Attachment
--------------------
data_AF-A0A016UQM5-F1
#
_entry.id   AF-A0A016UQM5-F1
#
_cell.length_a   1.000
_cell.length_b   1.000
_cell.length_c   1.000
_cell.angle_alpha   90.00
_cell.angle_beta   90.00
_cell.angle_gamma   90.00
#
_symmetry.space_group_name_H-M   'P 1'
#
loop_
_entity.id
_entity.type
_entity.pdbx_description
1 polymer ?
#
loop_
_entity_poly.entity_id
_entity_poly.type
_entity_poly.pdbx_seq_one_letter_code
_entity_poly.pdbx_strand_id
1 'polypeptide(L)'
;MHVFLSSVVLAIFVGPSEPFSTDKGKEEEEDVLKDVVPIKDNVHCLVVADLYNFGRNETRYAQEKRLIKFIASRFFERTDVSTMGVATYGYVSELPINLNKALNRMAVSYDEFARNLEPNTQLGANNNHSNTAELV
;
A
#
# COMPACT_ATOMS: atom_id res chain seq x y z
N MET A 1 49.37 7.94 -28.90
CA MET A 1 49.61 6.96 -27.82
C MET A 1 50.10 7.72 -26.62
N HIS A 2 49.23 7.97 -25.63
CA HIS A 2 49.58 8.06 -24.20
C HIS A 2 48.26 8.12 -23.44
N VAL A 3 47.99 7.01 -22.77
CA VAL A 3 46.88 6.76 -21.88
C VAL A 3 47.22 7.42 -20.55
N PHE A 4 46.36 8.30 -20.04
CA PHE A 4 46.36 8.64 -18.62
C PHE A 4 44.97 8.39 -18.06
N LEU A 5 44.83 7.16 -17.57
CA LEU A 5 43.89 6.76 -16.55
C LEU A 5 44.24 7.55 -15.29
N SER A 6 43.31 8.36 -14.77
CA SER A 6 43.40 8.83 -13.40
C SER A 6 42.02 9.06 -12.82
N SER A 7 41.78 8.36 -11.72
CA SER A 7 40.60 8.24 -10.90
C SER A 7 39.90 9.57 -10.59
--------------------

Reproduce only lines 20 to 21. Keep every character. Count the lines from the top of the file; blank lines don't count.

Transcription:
loop_
_entity_poly.entity_id